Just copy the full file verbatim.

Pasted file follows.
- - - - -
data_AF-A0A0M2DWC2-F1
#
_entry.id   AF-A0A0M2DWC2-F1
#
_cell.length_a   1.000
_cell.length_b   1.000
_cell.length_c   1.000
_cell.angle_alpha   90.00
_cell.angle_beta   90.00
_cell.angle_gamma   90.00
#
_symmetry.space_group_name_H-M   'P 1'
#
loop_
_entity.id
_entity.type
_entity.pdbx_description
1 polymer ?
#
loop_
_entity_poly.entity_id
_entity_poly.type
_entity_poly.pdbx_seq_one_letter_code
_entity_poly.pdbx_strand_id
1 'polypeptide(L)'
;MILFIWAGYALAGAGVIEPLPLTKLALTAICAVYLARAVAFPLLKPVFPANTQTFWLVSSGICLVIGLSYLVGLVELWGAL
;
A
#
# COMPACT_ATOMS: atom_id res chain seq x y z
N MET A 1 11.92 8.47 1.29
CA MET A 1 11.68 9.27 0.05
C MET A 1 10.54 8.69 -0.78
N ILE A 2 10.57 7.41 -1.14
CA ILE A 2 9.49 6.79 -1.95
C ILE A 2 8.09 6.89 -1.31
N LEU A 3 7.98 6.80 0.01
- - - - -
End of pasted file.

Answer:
data_AF-A0A0M2DWC2-F1
#
_entry.id   AF-A0A0M2DWC2-F1
#
_cell.length_a   1.000
_cell.length_b   1.000
_cell.length_c   1.000
_cell.angle_alpha   90.00
_cell.angle_beta   90.00
_cell.angle_gamma   90.00
#
_symmetry.space_group_name_H-M   'P 1'
#
loop_
_entity.id
_entity.type
_entity.pdbx_description
1 polymer ?
#
loop_
_entity_poly.entity_id
_entity_poly.type
_entity_poly.pdbx_seq_one_letter_code
_entity_poly.pdbx_strand_id
1 'polypeptide(L)'
;MILFIWAGYALAGAGVIEPLPLTKLALTAICAVYLARAVAFPLLKPVFPANTQTFWLVSSGICLVIGLSYLVGLVELWGAL
;
A
#
# COMPACT_ATOMS: atom_id res chain seq x y z
N MET A 1 11.92 8.47 1.29
CA MET A 1 11.68 9.27 0.05
C MET A 1 10.54 8.69 -0.78
N ILE A 2 10.57 7.41 -1.14
CA ILE A 2 9.49 6.79 -1.95
C ILE A 2 8.09 6.89 -1.31
N LEU A 3 7.98 6.80 0.01